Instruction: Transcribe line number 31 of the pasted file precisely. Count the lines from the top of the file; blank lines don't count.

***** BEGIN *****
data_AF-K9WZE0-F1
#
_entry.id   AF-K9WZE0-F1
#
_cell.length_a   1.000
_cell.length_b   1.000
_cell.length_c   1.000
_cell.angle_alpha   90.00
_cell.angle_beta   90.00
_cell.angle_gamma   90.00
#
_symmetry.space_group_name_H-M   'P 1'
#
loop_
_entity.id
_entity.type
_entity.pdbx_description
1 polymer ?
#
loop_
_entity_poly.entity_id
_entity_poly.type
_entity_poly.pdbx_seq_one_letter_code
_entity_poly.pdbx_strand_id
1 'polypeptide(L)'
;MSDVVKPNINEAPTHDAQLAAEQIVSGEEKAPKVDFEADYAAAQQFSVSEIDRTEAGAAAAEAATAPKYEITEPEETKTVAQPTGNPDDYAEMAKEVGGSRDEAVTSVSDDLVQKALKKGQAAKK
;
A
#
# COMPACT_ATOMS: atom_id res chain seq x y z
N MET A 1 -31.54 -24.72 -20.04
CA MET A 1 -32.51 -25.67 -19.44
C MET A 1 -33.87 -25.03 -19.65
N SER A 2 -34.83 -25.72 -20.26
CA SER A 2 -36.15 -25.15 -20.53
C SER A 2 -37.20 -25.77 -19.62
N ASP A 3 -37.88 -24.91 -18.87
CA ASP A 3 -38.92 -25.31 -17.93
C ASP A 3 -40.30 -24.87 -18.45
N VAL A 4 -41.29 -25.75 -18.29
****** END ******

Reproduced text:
N MET A 1 -31.54 -24.72 -20.04